Fire Fighting in Canada

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What’s new at the CAFC?

April 15, 2021
By Tina Saryeddine

Urgency has never been a stranger to the fire service. The same applies to the national association representing the country’s fire chiefs. With so many issues and opportunities facing our sector, the country’s fire service leadership has rallied for a better Canada and a better future. Let us share with you some of the fire sector challenges the Canadian Association of Fire Chiefs (CAFC) has been working on.

Addressing 10 in 10: Over the past year, CAFC designed a new strategic plan with the challenges of the next decade in mind. Data from over 100 sources helped the CAFC identify the top 10 challenges to 2030 (budgets, affordability, all hazard nature of fire response, mental health and wellness, equity, diversity and inclusion, technology, changing expectations of the fire service, data and culture). To address these, we’ve expanded the four pillars to include research, policy and advocacy, messaging in service of the sector, programs and services and creating a CAFC for all. The new mission is advancing a safe, effective and sustainable fire and emergency service across Canada. The new vision is ‘Canada’s fire and emergency management leaders united in service of public health and safety’. A report is available on the CAFC website.

Supporting Canada’s future fire service leaders:  Fire chiefs, for the most part, are seasoned professionals who have accumulated a great deal of experience. Many of these individuals could retire at any time. The question is: when they do retire, who will be ready to take over? With a view to encouraging leadership, the CAFC will offering a free membership to all company officers who wish to enroll in the Executive Chief Fire Officer (Aspire) program which allows individuals to develop nationally relevant competencies before taking the official role of fire chief. You can apply on the CAFC website.

Census Day 2021:  For the last few years, we’ve numbered 126,000 volunteer firefighters in Canada based on NFPA data taken in 2016. Is this number still accurate? To answer the question, the CAFC will be launching the Great Canadian Volunteer Firefighter Census. If your department has not filled in the census form, please do so as soon as possible. You can access it on the CAFC website. See Fire Chief Vince MacKenzie’s Volunteer Vision column in this issue of Fire Fighting in Canada for more details.

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100 fire chiefs join forces on ED&I:  No one claims to have all the answers when it comes to making the fire service look more like society, but 100 of Canada’s fire chiefs have joined together to ask the right questions: how can we raise the bar on improving equity, diversity and inclusion in the fire service? Through a generous grant from the Motorola Solutions Foundation, the CAFC launched a Rapid Response Program in Equity, Diversity and Inclusion to provide all fire chiefs with baseline information. The program is free for CAFC members. To support this effort, and also funded by the Motorola Solutions Foundation, is a Celebration Series in Equity Diversity and Canada which, with our friends at Fire Fighting in Canada, tells stories of amazing women leaders and their recommendations for creating a more diverse fire service.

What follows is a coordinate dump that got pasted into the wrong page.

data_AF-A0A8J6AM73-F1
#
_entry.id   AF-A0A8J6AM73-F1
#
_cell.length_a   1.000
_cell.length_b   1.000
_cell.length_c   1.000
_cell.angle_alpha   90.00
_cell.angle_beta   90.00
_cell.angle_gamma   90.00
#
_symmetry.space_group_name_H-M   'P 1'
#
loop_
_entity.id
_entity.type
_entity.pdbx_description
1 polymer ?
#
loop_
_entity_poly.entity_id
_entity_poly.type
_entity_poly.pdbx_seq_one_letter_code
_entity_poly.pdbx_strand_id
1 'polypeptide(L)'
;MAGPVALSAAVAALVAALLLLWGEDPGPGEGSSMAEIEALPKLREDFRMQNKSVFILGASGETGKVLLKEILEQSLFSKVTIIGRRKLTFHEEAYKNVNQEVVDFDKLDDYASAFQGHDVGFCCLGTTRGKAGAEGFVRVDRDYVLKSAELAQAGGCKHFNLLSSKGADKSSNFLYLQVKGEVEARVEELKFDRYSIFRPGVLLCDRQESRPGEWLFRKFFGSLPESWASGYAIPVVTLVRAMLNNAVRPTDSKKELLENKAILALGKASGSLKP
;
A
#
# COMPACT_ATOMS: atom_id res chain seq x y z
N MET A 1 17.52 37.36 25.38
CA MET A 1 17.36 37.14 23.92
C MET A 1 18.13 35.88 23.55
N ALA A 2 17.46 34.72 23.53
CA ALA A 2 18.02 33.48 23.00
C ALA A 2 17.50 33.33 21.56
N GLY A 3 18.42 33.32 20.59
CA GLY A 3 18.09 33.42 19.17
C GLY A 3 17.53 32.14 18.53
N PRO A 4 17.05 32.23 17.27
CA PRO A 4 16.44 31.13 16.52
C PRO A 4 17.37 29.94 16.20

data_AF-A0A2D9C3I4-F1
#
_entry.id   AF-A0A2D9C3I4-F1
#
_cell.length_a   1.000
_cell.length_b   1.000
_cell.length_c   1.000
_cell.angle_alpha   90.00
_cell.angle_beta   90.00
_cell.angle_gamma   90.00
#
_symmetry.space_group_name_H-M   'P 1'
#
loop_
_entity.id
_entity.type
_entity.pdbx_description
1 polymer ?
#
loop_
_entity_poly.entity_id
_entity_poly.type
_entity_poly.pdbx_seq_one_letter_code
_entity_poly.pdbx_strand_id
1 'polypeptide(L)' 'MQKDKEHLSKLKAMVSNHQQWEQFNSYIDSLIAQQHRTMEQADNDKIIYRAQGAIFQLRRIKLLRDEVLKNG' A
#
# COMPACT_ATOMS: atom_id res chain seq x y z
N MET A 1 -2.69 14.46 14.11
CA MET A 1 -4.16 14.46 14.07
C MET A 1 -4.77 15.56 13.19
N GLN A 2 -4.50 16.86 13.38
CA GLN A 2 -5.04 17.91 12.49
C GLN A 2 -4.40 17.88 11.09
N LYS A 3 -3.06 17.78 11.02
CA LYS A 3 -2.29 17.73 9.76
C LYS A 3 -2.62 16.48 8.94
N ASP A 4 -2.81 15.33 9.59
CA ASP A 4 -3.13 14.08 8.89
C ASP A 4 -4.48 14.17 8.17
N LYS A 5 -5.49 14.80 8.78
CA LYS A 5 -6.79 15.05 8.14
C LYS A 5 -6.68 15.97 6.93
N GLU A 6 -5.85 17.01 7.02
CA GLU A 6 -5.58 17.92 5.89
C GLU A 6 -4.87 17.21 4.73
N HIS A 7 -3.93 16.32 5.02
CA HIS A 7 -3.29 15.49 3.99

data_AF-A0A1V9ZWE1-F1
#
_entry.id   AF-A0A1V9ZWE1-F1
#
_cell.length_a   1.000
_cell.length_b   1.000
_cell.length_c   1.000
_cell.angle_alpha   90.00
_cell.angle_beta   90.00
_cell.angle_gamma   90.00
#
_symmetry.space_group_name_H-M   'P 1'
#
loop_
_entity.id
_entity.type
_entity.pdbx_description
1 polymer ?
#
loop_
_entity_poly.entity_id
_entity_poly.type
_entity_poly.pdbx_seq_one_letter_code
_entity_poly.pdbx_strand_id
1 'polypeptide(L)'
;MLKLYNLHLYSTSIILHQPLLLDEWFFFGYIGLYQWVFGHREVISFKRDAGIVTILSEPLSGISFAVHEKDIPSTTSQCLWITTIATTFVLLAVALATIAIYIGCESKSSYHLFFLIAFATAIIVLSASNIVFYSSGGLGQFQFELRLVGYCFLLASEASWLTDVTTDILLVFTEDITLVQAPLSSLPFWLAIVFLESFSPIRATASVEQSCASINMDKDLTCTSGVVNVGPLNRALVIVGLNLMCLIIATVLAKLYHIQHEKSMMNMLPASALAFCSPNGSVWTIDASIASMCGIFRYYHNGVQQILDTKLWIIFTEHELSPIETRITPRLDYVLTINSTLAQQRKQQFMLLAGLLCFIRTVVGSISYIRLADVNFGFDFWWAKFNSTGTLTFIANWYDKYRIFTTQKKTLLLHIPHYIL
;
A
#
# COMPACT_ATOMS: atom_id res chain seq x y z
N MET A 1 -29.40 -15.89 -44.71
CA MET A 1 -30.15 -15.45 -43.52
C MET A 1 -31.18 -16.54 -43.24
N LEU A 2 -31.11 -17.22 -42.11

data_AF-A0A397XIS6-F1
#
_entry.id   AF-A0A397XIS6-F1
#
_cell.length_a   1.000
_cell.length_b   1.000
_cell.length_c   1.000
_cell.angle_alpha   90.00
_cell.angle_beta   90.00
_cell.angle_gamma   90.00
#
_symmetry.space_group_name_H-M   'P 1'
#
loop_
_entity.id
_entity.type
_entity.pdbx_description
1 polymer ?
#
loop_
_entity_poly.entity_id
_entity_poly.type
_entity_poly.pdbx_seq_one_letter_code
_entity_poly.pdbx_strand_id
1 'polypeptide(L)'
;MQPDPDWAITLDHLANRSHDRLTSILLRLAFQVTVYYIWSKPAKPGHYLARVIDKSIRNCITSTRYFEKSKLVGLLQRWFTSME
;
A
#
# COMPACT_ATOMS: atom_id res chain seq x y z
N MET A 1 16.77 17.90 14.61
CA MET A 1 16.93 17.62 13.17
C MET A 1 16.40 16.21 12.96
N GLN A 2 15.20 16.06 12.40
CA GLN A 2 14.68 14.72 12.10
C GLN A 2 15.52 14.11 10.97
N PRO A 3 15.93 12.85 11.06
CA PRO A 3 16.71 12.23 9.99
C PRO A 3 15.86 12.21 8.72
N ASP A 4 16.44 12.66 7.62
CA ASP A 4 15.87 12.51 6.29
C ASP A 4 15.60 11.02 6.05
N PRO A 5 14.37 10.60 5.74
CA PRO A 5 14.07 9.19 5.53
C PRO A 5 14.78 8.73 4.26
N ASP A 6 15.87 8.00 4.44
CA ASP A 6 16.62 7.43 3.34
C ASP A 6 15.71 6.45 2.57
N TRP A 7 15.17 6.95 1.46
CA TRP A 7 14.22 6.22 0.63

Federal Budget 2021: In February, the Minister of Finance invited Canadians to provide recommendations for consideration in Budget 2021. The CAFC made eight requests.  By the time you read this column, we’ll be able to see how those requests fared. Topping the list is funding for municipalities. We’ve asked the federal government to allow applications from the fire service to the Gas Tax Fund which covers capital and infrastructure projects. We asked that the Airport Capital Assistance fund also be expanded and that a Joint Emergency Preparedness Program be reinstated. On the topic of Temporary Foreign Workers, we’ve asked the Federal Government aim for TFW accommodations that meet the building and fire code stipulations that all Canadians can and should expect. In the area of mental health, we’ve asked for the creation of a dedicated suicide prevention line. To address issues experienced by volunteer firefighters, we asked for the reconsideration of definitions in the Volunteer Tax Credit. A copy of the brief is available on our website.

Comments on Codes: This year marks the beginning of a new codes cycle. CAFC president John McKearney and CAFC fire prevention committee chair Chief Chantal Bibeau sit on the Building and Fire Codes Commission. A new series called “Comments on Codes” has been launched to provide fire chief perspectives on key topics including Encapsulated Mass Timber Construction, Radio Interoperability of Buildings, Water Supply, Floor Joists and Sprinklers.

Ask a Lawyer Series: With the help of one of Canada’s most experienced fire management lawyers, Ross Dunsmore, and a laureate of the national human resources lawyer of the year award, James LeNoury, the CAFC launched the “Ask a Lawyer” series to help fire chiefs address issues such as vaccine policy, number of people in a fire truck and mandatory retirement to any issue on any fire chief’s mind. The session is free for members. Questions are accepted two weeks in advance so that the lawyers can prepare. All you have to do is come.

Finally, it’s been a hard year for many, but the CAFC is looking forward to seeing all chiefs and company officers at Fire Rescue Canada 2021. This year, the conference is free for members. We will be trying out new technology to hopefully get the “in person” feel. Book your calendar for Sept. 13 to 14; we’ll “see you there.


Tina Saryeddine, PhD, MHA, CHE is  Executice Director of the Canadian Association of Fire Chiefs. You can read more about the CAFC at cafc.ca. 


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